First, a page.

Domum tuam, Domine

Growing up vaguely puritan, I somehow nursed the notion that beautifying one's space was wasteful or worse, and that decoration was eminently dispensible. Church in particular was deliberately bare, and the Catholics were missing the point with their soaring visual romance. Yet I had aesthetic tendencies that struggled against this apparent prohibition. I would read interior design magazines furtively, guiltily. I would draw and then tear up houseplans or pictures of furniture, knowing they were worldly. I would secretly enjoy the architecture and atmosphere of stony, incense-ridden chapels.

As I grew up, read more and thought more, I decided the Puritans were wrong about space. Whatever level of spiritual detachment you might reach, the space you inhabit influences your state of mind and wellbeing. The ideal of a non-visual theology doesn't quite match our intensely visual lived experience. Besides, there's nothing irreligious about beauty, and ordering one's private space, as much as ordering an ecclesiastical space, is a thoughtful activity, perhaps even a wise one. I still belong to a church that doesn't oblige aesthetically, but I now think that time and imagination should be given to arranging one's domestic life, not in defiance of one's spiritual life, but in accordance with it, as a reflection of it and an aid to it.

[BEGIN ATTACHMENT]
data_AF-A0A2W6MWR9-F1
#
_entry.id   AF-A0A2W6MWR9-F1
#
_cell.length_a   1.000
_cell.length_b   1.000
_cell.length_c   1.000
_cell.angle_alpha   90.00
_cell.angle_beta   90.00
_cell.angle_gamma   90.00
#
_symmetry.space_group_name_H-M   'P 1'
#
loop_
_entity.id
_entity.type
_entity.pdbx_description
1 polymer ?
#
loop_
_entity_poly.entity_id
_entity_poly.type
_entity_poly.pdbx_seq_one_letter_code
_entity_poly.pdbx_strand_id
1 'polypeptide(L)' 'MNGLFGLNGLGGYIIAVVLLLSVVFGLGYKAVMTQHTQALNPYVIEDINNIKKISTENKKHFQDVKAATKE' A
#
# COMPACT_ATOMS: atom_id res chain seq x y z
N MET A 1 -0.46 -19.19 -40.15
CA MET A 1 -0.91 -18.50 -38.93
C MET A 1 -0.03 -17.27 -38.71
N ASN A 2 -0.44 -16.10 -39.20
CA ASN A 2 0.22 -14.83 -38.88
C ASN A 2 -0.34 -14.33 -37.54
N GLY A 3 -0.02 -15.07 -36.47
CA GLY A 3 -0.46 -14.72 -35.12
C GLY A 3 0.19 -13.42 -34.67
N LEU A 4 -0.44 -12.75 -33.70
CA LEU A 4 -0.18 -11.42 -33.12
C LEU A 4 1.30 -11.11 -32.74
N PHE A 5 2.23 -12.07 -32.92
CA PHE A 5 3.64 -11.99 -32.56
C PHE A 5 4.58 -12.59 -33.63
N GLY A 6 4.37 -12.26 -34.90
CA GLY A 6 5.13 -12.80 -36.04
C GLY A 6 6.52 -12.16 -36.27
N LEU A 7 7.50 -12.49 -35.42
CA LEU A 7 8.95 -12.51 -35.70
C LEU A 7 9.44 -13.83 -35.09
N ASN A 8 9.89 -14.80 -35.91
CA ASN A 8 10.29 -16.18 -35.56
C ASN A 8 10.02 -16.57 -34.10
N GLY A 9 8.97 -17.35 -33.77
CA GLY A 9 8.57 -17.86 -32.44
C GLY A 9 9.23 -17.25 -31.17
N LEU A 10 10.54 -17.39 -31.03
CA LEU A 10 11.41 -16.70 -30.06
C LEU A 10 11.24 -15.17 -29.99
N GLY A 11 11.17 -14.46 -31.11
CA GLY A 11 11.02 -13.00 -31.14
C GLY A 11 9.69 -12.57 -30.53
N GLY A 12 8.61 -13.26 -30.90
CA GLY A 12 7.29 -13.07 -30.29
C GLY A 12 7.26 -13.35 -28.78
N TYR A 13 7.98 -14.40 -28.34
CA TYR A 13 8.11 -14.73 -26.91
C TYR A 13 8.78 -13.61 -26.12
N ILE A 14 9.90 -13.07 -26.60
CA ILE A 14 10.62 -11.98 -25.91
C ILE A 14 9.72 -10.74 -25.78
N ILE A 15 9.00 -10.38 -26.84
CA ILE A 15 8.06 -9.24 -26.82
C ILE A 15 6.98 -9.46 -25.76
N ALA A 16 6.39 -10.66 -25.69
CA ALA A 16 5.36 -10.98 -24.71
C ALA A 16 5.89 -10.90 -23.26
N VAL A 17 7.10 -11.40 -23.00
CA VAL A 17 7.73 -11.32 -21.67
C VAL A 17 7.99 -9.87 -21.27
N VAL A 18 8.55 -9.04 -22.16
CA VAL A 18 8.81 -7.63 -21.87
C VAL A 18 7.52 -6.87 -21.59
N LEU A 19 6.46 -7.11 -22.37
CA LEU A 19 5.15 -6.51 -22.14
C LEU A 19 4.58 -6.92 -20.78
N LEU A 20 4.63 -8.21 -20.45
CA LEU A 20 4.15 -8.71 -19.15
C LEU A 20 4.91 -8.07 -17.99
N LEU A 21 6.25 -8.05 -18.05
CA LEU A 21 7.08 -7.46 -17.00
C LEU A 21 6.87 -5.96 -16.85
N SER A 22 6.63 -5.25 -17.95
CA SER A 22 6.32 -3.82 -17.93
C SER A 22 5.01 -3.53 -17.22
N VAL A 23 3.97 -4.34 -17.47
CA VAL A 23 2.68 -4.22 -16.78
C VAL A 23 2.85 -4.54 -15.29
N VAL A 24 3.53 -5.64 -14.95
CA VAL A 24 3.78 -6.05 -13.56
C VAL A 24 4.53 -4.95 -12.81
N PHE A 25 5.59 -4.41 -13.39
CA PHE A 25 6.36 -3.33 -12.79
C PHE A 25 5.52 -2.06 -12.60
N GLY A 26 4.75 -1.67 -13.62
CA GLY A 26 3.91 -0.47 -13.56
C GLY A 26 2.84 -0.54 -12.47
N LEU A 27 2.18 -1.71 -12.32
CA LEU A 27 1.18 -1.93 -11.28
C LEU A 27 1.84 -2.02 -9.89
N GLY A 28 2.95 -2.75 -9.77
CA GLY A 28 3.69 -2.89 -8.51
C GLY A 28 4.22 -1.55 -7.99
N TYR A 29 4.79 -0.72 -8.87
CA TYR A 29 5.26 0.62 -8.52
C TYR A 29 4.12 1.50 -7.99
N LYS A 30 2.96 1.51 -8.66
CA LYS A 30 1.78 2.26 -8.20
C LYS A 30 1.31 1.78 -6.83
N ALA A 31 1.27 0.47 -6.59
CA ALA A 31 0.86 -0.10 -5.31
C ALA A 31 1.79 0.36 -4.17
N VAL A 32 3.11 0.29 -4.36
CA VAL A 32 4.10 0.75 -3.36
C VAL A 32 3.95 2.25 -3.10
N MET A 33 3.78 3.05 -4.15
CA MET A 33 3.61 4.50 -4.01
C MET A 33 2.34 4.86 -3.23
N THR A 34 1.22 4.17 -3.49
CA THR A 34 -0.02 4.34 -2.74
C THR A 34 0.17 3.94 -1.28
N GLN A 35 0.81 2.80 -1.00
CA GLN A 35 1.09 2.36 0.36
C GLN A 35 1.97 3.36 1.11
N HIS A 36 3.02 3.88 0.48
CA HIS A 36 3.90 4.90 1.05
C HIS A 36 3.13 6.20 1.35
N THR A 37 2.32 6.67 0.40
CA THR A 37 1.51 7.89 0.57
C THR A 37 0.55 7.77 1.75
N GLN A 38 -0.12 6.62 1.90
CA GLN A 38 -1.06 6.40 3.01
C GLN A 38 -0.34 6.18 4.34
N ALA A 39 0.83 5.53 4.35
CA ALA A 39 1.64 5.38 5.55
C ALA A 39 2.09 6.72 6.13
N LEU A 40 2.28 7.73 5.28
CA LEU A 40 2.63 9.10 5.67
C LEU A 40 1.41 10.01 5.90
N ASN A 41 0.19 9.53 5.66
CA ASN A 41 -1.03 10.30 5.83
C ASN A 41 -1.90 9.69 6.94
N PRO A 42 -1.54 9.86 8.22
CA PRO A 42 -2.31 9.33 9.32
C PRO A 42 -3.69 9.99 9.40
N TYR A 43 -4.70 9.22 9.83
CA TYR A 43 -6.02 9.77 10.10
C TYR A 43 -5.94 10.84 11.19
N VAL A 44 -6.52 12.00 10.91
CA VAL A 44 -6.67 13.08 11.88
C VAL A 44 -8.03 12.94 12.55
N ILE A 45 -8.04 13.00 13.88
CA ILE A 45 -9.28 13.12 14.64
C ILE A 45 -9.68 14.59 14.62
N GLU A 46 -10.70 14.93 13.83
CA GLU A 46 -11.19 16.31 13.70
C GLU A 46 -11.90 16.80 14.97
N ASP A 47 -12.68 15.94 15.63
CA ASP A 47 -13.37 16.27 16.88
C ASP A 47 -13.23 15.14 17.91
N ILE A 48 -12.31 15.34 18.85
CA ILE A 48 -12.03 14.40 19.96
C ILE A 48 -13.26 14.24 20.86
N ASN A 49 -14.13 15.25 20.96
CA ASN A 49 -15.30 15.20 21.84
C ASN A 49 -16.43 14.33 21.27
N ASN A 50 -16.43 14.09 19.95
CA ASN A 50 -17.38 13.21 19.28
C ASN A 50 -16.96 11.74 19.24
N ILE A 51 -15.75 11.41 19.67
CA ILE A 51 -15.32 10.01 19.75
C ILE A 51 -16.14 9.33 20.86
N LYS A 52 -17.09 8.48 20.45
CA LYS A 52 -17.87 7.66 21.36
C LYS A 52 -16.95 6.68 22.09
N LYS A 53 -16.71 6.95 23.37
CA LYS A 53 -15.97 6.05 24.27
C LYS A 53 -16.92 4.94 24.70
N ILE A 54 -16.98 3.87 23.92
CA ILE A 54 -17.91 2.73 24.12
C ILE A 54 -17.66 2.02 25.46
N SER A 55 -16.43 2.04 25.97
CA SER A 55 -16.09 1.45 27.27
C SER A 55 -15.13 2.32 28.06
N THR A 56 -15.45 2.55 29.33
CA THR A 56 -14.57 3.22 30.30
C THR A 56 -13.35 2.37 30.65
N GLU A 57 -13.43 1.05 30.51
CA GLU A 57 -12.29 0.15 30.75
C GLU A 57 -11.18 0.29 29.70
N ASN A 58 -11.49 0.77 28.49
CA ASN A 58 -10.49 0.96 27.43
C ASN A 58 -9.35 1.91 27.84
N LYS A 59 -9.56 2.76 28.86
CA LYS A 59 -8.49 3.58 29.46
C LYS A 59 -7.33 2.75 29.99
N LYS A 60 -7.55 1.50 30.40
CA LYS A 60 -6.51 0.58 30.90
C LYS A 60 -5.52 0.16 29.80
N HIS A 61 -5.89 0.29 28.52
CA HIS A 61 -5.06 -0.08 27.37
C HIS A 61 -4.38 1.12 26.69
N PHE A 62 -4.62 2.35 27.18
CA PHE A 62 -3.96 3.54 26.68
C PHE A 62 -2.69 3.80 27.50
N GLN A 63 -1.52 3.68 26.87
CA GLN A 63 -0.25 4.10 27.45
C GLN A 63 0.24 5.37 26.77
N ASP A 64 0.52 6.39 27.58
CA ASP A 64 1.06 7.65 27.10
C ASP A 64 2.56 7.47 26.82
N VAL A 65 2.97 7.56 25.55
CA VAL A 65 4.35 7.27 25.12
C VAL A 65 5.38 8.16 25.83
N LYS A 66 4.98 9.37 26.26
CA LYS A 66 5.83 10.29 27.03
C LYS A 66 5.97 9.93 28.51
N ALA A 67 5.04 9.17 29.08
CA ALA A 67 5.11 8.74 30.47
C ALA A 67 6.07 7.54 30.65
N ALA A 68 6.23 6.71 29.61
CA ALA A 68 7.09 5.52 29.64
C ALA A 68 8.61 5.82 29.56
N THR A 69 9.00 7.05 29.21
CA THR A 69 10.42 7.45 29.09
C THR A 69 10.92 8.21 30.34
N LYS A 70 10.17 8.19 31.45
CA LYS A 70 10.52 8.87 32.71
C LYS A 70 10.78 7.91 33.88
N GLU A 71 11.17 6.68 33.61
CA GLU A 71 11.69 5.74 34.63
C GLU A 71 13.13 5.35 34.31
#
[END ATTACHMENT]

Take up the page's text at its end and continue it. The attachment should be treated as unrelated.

When we got married, a truckload (literally) of presents arrived. Having travelled fairly lightly for many years, this sudden profusion of stuff in my house, especially in my kitchen and my linen cupboard, left me delighted and alarmed. The delight came not, I think, from having more stuff, but from a feeling of being, for the first time as an adult, replete; well equipped, well prepared. It gave me a sense of kinship with women through generations who were wardens of domestic wealth, who had a place for everything and everything in its place, who, like the paragon in Proverbs 31, laughed at the days to come.  

And here's the heart of what I struggled with as a child and for years afterward. How am I supposed to live in this world, knowing there's another? There always seemed to me two models to choose from: the first was the life of the world-renouncers, the zealots, martyrs and ascetics; the second was the life of the wise - those who found joy and order in creation, who celebrated ordinary human loveliness. Paul might have belonged to the first category; Job and John to the second. As I get older, the second comes to seem more valid, not just more appealing. I grow more and more sure that the best clue we have to that other world is beauty, and the best way to live is beautifully.